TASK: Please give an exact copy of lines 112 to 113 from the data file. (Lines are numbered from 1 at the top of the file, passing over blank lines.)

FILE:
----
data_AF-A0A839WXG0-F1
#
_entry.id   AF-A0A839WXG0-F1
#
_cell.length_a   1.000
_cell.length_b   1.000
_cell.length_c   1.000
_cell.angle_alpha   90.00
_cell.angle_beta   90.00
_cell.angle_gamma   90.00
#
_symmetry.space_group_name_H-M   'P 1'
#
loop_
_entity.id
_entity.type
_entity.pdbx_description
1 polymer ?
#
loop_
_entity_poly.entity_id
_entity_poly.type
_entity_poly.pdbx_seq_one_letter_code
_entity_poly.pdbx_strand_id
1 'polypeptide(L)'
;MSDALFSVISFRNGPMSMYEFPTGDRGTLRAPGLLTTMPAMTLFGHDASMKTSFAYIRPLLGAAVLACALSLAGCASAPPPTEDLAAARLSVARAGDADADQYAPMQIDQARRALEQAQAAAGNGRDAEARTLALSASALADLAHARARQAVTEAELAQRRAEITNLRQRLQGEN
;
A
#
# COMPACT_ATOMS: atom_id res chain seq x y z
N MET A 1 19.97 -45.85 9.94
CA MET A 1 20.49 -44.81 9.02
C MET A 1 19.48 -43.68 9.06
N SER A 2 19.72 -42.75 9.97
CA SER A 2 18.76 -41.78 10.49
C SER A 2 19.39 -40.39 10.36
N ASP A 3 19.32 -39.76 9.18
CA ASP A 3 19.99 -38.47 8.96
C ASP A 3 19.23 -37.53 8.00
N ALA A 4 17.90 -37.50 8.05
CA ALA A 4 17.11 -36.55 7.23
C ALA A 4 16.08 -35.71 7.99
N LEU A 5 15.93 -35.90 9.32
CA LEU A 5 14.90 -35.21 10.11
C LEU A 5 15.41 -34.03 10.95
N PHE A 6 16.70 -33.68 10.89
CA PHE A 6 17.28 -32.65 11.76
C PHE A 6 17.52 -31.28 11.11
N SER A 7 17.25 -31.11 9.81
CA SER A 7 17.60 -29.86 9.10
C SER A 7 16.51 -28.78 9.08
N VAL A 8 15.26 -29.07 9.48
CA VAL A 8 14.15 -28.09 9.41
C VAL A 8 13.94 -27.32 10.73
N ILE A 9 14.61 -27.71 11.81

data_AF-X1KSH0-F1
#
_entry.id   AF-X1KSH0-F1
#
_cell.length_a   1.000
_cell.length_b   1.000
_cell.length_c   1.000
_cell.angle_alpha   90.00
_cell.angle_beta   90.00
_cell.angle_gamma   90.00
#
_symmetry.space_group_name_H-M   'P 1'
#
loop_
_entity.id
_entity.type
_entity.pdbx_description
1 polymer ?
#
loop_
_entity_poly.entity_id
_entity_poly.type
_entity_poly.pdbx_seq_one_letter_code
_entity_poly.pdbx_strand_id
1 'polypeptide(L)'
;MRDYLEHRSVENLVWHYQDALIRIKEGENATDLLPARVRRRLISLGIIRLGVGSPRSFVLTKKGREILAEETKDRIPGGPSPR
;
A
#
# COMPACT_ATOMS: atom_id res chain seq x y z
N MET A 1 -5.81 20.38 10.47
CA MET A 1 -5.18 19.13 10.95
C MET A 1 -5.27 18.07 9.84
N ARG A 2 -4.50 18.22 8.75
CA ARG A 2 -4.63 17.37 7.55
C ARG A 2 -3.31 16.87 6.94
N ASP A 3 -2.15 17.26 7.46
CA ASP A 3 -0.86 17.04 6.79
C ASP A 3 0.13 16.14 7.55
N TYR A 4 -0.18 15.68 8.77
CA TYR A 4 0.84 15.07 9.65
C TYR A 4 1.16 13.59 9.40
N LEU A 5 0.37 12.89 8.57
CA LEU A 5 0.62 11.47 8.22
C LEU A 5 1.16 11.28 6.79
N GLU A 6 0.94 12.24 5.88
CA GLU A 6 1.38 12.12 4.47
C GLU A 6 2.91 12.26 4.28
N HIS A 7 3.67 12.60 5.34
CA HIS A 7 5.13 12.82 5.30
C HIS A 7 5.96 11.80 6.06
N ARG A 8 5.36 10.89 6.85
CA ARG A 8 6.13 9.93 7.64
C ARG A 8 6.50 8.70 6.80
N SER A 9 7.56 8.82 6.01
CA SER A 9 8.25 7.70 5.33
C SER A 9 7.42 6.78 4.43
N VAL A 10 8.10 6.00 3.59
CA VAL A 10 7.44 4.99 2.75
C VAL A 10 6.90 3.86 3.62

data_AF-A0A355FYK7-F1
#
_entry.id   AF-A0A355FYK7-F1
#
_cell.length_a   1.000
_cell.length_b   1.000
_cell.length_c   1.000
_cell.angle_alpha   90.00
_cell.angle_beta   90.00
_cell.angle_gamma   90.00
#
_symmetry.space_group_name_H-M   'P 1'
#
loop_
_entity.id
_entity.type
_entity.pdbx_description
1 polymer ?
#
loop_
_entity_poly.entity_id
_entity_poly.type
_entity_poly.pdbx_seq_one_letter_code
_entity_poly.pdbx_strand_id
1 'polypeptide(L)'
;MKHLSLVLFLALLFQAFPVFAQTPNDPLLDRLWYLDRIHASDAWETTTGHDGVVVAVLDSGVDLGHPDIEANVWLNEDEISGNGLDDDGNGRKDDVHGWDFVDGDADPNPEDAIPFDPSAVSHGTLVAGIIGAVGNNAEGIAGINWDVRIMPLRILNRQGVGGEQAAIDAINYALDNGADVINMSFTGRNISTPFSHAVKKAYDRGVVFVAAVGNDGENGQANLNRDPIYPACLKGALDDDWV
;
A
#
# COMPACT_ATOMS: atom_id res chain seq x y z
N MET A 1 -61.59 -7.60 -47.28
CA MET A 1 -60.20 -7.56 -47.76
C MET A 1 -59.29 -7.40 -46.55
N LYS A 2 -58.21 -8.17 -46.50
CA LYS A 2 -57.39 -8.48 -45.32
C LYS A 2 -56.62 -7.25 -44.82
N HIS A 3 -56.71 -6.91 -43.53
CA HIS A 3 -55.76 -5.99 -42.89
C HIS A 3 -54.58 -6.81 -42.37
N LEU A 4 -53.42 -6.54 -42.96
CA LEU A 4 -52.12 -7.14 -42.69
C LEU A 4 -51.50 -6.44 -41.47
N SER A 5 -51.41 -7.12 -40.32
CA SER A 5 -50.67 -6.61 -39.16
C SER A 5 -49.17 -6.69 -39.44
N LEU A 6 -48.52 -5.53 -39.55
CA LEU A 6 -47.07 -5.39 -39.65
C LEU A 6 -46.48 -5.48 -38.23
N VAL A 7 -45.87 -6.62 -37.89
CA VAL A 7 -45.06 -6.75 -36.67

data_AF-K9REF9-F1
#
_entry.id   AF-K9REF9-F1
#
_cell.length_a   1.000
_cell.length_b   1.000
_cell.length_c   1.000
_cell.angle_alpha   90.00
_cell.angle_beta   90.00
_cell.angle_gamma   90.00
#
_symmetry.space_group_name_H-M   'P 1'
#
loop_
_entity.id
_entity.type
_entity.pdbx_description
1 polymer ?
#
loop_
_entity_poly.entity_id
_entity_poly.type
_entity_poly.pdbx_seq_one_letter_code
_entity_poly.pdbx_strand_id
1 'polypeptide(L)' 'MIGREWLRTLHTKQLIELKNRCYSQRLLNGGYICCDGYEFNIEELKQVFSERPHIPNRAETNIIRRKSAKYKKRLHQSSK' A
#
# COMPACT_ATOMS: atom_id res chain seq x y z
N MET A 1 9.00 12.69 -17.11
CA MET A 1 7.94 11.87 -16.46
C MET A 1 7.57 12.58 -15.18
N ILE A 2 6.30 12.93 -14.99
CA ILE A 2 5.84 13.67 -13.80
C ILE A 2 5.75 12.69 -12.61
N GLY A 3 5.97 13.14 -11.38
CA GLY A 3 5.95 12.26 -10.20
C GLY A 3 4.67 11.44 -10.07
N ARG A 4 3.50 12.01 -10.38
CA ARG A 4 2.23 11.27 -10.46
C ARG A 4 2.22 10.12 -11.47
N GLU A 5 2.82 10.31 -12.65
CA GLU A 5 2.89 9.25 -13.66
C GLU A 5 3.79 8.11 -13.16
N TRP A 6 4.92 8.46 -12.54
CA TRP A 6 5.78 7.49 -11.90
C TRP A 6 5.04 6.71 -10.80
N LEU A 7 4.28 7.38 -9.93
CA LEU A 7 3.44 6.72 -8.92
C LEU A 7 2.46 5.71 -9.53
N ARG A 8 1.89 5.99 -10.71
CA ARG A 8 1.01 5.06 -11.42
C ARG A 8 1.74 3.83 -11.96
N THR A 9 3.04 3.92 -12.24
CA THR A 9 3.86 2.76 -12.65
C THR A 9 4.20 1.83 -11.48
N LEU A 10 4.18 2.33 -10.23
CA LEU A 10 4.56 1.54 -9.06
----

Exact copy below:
C SER A 9 7.42 6.78 4.43
N VAL A 10 8.10 6.00 3.59